Twelve patients (10%) died. We found no significant association between altered spirometry findings (pre- or post-operative) and mortality. This is in accordance with the results obtained by some authors, who also found no increase in fatal pulmonary complications.(3,12) However, in one of those studies, DLCO lower than 80% and alveolar-arterial gradient higher than 20 mmHg were associated with higher mortality. The same authors, in another study, observed that restrictive defects or a reduction greater than 15% in TLC at three months after the transplant were associated with a greater risk of death.(21)

The specific characterization of a history of lung disease can not be defined, since it was not included in the treatment protocol of most patients. The fact that these patients did not present altered spirometry findings can be explained, at least partially, by the absence of measurement of the absolute pulmonary volumes and of the DLCO, which are more sensitive methods for diagnosing pulmonary function alterations. However, a history of lung disease was associated with post-operative mortality. This aspect reinforces the need to thoroughly analyze pulmonary function characteristics in patients who are candidates for BMT, since a significant association between pulmonary problems and higher post-BMT mortality has been reported.(24) In that study, the mortality rate reported for patients with airflow obstruction was 9% in three years, 12% in five years, and 18% in ten years.

Despite the considerable knowledge of pulmonary function alterations and pulmonary complications in patients submitted to BMT, the alterations in pre-BMT spirometry findings were not considered a contraindication to performing the procedure. Altered spirometry findings before BMT was not related to an increase in post-operative pulmonary complications. Despite the increase in post-BMT spirometric alterations, it was not possible to demonstrate that these alterations modified the evolution of the patients. It is noteworthy that, in the present study, altered DLCO, the complication most frequently found in BMT patients, was not analyzed. Therefore, spirometry, accompanied by the measurement of DLCO and TLC, should be evaluated in prospective studies so that these important tests can be effectively incorporated into the pre- and post-BMT evaluation process.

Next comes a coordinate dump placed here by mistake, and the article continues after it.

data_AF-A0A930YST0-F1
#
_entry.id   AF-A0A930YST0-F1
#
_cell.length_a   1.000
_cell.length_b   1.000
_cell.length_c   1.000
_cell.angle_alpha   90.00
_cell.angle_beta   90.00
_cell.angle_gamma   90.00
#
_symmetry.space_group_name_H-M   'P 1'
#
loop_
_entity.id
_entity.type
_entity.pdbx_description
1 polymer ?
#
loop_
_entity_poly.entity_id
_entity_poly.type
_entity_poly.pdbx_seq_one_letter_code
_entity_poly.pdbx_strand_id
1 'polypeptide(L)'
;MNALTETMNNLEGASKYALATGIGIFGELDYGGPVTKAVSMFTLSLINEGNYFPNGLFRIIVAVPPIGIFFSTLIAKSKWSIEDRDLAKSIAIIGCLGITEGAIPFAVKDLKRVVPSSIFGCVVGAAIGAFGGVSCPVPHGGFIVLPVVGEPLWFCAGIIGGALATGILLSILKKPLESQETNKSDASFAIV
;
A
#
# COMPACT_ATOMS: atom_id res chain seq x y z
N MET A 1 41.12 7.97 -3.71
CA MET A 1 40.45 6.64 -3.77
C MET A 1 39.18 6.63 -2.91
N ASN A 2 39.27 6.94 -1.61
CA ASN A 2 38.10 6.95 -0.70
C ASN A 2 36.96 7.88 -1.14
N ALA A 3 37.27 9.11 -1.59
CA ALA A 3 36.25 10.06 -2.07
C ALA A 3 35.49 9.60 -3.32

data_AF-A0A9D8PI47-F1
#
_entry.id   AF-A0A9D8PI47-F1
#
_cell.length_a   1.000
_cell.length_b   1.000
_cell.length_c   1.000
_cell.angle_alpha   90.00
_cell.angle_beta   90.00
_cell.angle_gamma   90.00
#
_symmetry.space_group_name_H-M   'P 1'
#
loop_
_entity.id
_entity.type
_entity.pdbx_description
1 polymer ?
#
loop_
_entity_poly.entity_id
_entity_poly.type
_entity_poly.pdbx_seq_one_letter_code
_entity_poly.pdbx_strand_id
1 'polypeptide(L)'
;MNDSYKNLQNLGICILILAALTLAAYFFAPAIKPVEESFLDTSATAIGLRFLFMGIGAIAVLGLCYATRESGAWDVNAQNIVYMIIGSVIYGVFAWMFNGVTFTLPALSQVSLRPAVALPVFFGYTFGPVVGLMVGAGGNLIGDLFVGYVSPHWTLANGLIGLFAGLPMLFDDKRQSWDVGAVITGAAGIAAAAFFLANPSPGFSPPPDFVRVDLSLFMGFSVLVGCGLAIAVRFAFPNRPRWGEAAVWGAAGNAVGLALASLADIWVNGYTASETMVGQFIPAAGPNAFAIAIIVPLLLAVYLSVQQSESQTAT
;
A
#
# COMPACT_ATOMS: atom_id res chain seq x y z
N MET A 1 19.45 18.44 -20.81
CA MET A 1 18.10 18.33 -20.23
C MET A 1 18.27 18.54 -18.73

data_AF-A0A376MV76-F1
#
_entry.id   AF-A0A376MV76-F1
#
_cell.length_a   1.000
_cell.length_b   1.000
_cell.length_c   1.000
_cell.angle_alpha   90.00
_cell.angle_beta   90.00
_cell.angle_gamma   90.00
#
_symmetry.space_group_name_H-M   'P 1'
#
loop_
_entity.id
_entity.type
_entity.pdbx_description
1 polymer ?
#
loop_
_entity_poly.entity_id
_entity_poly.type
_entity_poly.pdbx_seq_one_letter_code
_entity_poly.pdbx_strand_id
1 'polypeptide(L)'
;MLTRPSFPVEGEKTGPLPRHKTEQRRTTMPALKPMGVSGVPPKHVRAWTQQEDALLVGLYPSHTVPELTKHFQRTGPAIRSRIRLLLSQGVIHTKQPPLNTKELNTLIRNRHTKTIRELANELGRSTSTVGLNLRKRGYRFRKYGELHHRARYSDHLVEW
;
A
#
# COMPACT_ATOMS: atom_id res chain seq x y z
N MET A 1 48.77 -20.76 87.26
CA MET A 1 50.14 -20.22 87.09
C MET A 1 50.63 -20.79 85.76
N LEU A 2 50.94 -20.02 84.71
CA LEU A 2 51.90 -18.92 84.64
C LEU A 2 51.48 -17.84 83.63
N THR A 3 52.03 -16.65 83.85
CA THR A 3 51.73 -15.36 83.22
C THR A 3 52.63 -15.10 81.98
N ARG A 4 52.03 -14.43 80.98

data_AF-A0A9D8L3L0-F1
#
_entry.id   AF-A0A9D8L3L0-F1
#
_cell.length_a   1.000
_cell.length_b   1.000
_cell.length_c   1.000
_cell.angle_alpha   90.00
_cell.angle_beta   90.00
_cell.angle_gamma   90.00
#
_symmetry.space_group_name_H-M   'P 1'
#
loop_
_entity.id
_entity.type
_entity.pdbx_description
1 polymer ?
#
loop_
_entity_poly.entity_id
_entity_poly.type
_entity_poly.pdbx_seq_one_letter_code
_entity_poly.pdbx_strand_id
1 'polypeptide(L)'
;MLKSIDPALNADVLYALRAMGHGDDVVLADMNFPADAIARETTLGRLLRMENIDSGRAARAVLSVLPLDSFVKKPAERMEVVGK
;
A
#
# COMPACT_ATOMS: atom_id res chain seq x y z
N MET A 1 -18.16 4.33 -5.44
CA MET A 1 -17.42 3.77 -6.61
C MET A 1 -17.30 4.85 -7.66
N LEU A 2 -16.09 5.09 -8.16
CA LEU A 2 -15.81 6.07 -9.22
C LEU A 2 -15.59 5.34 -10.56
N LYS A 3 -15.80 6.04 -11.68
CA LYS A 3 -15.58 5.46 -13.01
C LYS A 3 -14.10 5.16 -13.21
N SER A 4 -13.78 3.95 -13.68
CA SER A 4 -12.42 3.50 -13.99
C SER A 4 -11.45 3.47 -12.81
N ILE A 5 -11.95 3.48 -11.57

We would like to thank the Conselho Nacional para o Desenvolvimento Científico e Tecnológico do Brasil (CNPq, National Council for Scientific and Technological Development in Brazil) and the Comissão de Aperfeiçoamento Permanente de Ensino Superior (CAPES, Coordination of the Advancement of Higher Education) for providing financial support for this study.


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*Study carried out at the Universidade Federal de Minas Gerais (UFMG, Federal University of Minas Gerais) School of Medicine - Belo Horizonte (MG) Brazil.
1. Physician in the Pulmonology Department of the Universidade Federal de Minas Gerais (UFMG, Federal University of Minas Gerais) Hospital das Clínicas Belo Horizonte (MG) Brazil.
2. Medical Student at the Universidade Federal de Minas Gerais (UFMG, Federal University of Minas Gerais) - Belo Horizonte (MG) Brazil.
3. Adjunct Professor of the Clinical Medicine Department at the Universidade Federal de Minas Gerais (UFMG, Federal University of Minas Gerais) Belo Horizonte (MG) Brazil.
Correspondence to: Professor Nilton Alves de Rezende. Departamento de Clínica Médica da Faculdade de Medicina da UFMG. Al. Alfredo Balena, 190, CEP 30130-100, Belo Horizonte, MG, Brasil. E-mail:
Submitted: 21/2/06. Accepted, after review: 15/5/06.